Immunosuppressive properties of mesenchymal stromal cell cultures derived from the limbus of human and rabbit corneas

Bray, Laura J., Heazlewood, Celena F., Munster, David J., Hutmacher, Dietmar W., Atkinson, Kerry and Harkin, Damien G. (2014) Immunosuppressive properties of mesenchymal stromal cell cultures derived from the limbus of human and rabbit corneas. Cytotherapy, 16 1: 64-73. doi:10.1016/j.jcyt.2013.07.006


Author Bray, Laura J.
Heazlewood, Celena F.
Munster, David J.
Hutmacher, Dietmar W.
Atkinson, Kerry
Harkin, Damien G.
Title Immunosuppressive properties of mesenchymal stromal cell cultures derived from the limbus of human and rabbit corneas
Journal name Cytotherapy   Check publisher's open access policy
ISSN 1465-3249
1477-2566
Publication date 2014-01-01
Year available 2013
Sub-type Article (original research)
DOI 10.1016/j.jcyt.2013.07.006
Volume 16
Issue 1
Start page 64
End page 73
Total pages 10
Place of publication Oxford, United Kingdom
Publisher Elsevier
Language eng
Formatted abstract
Background aims
Mesenchymal stromal cells (MSCs) cultivated from the corneal limbus (L-MSCs) provide a potential source of cells for corneal repair. In the present study, we investigated the immunosuppressive properties of human L-MSCs and putative rabbit L-MSCs to develop an allogeneic therapy and animal model of L-MSC transplantation.

Methods
MSC-like cultures were established from the limbal stroma of human and rabbit (New Zealand white) corneas using either serum-supplemented medium or a commercial serum-free MSC medium (MesenCult-XF Culture Kit; Stem Cell Technologies, Melbourne, Australia). L-MSC phenotype was examined by flow cytometry. The immunosuppressive properties of L-MSC cultures were assessed using mixed leukocyte reactions. L-MSC cultures were also tested for their ability to support colony formation by primary limbal epithelial (LE) cells.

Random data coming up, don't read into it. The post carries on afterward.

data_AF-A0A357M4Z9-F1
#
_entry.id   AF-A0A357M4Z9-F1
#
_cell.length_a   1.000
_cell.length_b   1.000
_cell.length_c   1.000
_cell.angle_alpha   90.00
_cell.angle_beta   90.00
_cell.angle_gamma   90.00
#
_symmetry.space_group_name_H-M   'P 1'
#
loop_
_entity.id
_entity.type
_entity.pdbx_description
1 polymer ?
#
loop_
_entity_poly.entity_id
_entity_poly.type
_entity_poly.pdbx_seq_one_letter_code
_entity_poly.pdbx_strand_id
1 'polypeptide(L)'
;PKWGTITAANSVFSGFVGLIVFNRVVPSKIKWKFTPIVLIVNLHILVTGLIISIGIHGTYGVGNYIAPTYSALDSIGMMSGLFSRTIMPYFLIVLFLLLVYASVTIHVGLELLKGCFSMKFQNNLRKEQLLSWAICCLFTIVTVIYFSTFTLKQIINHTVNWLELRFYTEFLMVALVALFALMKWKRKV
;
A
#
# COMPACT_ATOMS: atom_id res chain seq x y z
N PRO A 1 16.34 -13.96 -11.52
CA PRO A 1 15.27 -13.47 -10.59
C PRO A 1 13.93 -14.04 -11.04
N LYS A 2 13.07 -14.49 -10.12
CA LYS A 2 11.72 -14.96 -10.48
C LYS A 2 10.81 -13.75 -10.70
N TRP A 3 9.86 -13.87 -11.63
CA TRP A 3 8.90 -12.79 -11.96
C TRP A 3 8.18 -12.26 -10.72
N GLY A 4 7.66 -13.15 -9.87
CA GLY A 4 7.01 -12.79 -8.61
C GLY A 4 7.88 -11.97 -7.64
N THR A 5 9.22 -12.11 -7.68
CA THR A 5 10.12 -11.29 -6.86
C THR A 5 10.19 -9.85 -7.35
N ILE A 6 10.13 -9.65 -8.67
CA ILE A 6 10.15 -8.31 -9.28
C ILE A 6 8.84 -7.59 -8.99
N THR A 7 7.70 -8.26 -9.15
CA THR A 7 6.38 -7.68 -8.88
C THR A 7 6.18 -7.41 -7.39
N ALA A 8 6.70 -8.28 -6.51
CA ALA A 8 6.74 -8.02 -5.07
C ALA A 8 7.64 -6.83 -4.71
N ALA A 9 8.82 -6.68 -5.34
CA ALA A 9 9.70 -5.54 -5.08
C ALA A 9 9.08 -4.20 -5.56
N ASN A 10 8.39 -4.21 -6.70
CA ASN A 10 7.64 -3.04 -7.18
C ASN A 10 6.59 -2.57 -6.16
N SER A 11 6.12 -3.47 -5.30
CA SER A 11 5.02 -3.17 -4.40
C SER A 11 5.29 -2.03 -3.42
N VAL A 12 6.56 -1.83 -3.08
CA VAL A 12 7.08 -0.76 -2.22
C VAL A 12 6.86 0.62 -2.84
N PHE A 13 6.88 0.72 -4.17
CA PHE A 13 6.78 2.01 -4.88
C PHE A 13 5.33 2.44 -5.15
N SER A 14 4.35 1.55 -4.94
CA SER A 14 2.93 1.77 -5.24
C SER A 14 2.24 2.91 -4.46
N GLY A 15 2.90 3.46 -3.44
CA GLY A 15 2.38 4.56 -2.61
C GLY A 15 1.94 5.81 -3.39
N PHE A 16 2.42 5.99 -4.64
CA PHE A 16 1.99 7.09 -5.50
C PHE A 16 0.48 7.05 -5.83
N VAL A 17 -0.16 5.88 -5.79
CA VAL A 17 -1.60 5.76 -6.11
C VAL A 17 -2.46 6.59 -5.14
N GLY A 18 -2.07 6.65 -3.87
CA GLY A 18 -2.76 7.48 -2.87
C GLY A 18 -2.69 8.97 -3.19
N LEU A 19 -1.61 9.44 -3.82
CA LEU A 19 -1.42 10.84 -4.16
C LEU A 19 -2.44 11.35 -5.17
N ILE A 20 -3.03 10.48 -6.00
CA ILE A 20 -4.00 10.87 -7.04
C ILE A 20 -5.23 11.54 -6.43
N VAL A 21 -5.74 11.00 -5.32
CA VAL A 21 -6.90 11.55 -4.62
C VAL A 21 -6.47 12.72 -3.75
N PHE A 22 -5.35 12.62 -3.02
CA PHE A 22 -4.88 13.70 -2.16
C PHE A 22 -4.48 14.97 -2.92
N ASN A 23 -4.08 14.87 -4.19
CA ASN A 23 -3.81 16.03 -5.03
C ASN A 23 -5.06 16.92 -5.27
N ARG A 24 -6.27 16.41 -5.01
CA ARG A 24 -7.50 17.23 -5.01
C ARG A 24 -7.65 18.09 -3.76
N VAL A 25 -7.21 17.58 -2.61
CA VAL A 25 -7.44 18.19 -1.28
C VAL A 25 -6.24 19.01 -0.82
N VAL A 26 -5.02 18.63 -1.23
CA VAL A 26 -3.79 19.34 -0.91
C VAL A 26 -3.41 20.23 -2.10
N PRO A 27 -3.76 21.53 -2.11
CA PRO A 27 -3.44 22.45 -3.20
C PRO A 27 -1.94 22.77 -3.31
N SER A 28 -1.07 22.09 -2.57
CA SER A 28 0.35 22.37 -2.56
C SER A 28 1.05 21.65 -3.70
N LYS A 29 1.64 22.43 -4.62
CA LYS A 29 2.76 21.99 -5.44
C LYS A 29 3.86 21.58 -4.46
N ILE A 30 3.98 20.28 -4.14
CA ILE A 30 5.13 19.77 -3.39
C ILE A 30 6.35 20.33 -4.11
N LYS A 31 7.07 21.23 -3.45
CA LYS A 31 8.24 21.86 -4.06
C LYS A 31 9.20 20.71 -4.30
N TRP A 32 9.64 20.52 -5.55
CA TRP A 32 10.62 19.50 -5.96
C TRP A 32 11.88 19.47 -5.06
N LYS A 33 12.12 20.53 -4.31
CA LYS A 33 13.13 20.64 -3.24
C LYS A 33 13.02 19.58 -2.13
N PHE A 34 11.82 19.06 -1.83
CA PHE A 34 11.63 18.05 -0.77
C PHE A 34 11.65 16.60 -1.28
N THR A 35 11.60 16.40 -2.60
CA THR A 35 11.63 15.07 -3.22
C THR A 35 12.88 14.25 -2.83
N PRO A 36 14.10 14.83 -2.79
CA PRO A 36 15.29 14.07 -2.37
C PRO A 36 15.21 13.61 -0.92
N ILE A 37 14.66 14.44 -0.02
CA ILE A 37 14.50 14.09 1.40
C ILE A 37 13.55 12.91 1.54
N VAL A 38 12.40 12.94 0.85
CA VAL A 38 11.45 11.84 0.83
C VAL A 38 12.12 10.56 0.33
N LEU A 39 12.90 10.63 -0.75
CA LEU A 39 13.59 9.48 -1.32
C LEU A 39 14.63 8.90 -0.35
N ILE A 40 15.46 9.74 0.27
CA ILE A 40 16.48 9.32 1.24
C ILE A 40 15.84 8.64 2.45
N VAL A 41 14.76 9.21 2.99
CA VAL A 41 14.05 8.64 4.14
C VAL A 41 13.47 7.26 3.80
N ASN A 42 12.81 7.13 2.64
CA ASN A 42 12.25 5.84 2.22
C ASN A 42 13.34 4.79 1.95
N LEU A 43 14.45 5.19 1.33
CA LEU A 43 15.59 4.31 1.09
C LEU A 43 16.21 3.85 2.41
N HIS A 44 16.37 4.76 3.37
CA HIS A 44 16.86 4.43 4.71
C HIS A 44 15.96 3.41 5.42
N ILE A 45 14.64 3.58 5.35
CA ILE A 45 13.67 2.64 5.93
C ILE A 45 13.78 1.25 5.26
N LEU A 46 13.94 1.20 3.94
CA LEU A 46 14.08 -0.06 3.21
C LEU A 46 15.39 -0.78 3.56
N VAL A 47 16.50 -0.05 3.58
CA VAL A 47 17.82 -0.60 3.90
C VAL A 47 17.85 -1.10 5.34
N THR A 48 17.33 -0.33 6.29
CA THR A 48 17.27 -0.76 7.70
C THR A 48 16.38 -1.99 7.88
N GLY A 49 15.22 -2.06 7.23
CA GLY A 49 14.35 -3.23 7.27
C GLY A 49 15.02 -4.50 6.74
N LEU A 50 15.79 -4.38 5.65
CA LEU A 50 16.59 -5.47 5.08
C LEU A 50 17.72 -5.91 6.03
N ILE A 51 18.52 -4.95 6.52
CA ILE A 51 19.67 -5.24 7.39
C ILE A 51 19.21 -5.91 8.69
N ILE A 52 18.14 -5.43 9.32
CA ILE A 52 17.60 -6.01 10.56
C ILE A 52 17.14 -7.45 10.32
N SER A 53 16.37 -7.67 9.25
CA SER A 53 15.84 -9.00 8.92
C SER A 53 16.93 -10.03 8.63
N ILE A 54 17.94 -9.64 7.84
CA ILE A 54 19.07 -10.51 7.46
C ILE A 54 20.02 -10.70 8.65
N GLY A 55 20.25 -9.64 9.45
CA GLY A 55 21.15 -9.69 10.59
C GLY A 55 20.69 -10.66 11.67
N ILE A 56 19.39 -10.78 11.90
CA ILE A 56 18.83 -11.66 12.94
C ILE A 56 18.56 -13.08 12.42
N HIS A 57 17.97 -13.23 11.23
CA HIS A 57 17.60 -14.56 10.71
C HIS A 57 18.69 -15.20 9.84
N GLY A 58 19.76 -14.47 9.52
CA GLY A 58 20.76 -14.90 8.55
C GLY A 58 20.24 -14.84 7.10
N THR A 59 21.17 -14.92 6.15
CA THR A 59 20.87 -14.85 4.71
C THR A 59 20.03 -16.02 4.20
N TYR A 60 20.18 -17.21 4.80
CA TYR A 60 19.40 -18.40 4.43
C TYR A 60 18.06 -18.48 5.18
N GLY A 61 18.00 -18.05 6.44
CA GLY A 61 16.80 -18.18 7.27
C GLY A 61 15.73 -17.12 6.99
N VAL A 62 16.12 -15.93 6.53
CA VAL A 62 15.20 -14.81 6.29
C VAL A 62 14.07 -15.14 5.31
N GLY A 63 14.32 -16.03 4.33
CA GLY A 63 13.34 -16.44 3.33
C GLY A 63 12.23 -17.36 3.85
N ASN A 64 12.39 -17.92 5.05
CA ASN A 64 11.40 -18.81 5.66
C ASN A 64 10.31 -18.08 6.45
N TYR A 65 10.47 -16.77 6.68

Results
Human L-MSC cultures were typically CD34, CD45 and HLA-DRand CD73+, CD90+, CD105+ and HLA-ABC+. High levels (>80%) of CD146 expression were observed for L-MSC cultures grown in serum-supplemented medium but not cultures grown in MesenCult-XF (approximately 1%). Rabbit L-MSCs were approximately 95% positive for major histocompatibility complex class I and expressed lower levels of major histocompatibility complex class II (approximately 10%), CD45 (approximately 20%), CD105 (approximately 60%) and CD90 (<10%). Human L-MSCs and rabbit L-MSCs suppressed human T-cell proliferation by up to 75%. Conversely, L-MSCs from either species stimulated a 2-fold to 3-fold increase in LE cell colony formation.

Conclusions
L-MSCs display immunosuppressive qualities in addition to their established non-immunogenic profile and stimulate LE cell growth in vitro across species boundaries. These results support the potential use of allogeneic L-MSCs in the treatment of corneal disorders and suggest that the rabbit would provide a useful pre-clinical model.
Keyword Cell therapy
Corneal limbus
Immunosuppression
Mesenchymal stromal cells
Q-Index Code C1
Q-Index Status Confirmed Code
Institutional Status UQ

Document type: Journal Article
Sub-type: Article (original research)
Collections: Official 2014 Collection
School of Medicine Publications
 
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